Ole Gunnar Solskjaer will continue the difficult balancing act of integrating Manchester United’s exciting young talent into a first team still struggling to find consistency when they take on Aston Villa on Sunday.
United faced a marathon trek to play Astana in Kazakhstan on Thursday although, having already qualified from their Europa League group, the United manager was able to rest his entire first team squad.
Striker Jesse Lingard was the only regular first team player to make the trip as Solskjaer kept one eye on the Villa game and an increasingly frustrating domestic campaign.
United are presently nine points off the fourth and final Champions League place occupied by Chelsea, where Frank Lampard has illustrated youth can flourish. Solskjaer fielded a team on Thursday with an average age fractionally over 22 and the majority acquitted themselves well despite a 2-1 defeat.
Right-back Ethan Laird, midfielder Dylan Levitt and centre-back Di’Shon Bernard, who was unfortunate to score an own goal, all made debuts and were singled out for praise by the manager.
Solskjaer spoke of possibly allowing a number of the youngsters to leave in the January transfer window to gain valuable first team experience on loan elsewhere. “I think some of these might benefit from going out on loan,” he said. “Of course, they need men’s football and it was a first taste of it for some of them. Some of them are also knocking on the door for us. Some of these have done themselves a good favour.”
But, while the Norwegian’s selection continued his admirable reliance on the club’s youth production line, it did raise the broader issue of how easy it will be to ease such precocious talent into United’s current first team.
Striker Mason Greenwood and midfielders Tahith Chong, James Garner and Angel Gomes have all made substitute appearances in the Premier League this season while injuries have seen left-back Brandon Williams start two, and have a further couple of outings off the bench.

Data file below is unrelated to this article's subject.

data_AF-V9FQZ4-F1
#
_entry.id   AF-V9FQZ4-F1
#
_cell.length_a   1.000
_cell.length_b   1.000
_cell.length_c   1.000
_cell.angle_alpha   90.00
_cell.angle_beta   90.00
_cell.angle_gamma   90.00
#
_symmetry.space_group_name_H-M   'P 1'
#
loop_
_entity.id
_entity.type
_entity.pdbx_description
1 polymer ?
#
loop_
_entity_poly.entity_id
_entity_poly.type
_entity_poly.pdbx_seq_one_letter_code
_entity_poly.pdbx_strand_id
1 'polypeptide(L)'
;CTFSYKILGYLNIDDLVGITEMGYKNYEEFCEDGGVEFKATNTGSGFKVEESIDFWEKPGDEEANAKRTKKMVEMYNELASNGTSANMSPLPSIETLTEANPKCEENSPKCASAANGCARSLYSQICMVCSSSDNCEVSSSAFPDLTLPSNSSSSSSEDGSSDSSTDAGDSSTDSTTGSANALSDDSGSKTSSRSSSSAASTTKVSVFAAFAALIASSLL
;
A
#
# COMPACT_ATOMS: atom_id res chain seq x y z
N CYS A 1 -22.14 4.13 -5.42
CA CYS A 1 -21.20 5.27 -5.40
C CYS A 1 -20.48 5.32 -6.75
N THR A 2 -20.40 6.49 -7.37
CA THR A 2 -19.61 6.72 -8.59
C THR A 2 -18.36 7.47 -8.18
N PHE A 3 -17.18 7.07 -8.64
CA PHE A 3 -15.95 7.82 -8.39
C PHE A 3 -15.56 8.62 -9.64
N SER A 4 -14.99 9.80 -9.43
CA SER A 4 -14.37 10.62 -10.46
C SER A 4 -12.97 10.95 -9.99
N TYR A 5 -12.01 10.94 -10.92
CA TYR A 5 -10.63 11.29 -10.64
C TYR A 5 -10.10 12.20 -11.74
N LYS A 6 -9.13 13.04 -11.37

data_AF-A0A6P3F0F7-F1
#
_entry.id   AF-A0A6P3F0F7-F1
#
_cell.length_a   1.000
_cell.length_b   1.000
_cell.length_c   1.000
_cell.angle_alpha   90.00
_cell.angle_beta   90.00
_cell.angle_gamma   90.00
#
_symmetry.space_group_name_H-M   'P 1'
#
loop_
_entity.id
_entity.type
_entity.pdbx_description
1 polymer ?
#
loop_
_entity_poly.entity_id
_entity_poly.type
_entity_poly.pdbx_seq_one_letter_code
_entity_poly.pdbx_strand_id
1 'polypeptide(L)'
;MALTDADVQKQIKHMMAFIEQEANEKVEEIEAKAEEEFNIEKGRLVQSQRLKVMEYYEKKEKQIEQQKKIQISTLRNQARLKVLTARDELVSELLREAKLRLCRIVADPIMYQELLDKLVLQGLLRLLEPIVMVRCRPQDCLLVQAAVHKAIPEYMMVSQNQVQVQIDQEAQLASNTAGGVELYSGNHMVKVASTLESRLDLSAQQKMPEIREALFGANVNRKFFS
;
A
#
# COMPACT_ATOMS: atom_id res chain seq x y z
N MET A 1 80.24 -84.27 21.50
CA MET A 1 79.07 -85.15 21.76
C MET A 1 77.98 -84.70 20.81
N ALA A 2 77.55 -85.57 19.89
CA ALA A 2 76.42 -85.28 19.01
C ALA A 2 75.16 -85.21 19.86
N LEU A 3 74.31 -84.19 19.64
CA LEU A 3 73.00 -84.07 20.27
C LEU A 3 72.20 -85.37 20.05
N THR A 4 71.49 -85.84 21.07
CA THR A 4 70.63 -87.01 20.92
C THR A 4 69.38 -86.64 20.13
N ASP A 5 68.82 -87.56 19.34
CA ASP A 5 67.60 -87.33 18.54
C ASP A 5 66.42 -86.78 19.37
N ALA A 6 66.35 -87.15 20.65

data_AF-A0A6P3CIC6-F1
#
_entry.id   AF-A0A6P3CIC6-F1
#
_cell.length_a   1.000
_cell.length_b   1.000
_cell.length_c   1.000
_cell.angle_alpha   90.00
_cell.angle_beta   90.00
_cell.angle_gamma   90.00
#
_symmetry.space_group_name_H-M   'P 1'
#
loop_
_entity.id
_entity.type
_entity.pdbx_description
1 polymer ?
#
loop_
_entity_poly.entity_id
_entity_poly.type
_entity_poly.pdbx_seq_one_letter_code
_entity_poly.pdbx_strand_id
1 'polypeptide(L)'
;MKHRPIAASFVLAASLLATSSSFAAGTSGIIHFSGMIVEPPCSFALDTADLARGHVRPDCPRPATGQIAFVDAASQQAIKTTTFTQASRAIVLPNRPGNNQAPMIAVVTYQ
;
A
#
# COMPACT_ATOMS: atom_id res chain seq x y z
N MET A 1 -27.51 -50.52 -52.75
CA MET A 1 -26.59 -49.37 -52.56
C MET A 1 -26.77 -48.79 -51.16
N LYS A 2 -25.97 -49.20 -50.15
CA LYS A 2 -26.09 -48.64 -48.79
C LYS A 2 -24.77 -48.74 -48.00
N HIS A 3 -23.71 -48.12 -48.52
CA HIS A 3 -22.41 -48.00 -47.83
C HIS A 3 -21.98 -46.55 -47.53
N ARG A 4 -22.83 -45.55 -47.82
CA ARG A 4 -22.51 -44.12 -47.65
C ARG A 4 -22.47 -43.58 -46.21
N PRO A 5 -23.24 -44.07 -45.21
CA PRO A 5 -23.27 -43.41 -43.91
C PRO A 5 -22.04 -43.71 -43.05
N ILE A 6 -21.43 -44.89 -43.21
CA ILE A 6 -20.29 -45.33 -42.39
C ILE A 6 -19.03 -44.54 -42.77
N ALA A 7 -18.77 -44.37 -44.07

Greenwood, 18, has been a particular success coming on as a substitute in 10 Premier League games this season and scoring five goals across all competitions.
His latest, and the first in the league, came in the thrilling 3-3 draw at Sheffield United last Sunday when Solskjaer’s team came from two goals down to lead at one stage, having scored three times in seven minutes.
Williams, 19, also scored during that spell while the third goalscorer – 22-year-old Marcus Rashford – meant the three United scorers had an average age of under 20.
But that game also illustrated the concerns Solskjaer must overcome in introducing such youngsters into his side. United were overwhelmed for 70 minutes by their opponents, and eventually failed to hold onto a 3-2 lead, thanks to some deeply average displays from more senior players – notably England defender Phil Jones who was substituted at half-time by Solskjaer.
Harry Maguire, an £80 million ($103 million) summer signing from Leicester, has also been criticised for some indifferent form and a failure to lead by example.
Injuries in midfield, notably to the French World Cup winner Paul Pogba and, more recently, young Scotsman Scott McTominay, have added to the impression an unhealthy emphasis and level of expectation is being placed on some of the United youngsters with a possibly long-term damaging impact on their development.
Solskjaer will be hoping the return of Pogba – possibly against former manager Jose Mourinho’s Tottenham next Wednesday – will bring some much-needed experience and stability to the heart of his team, and help the young talent around him.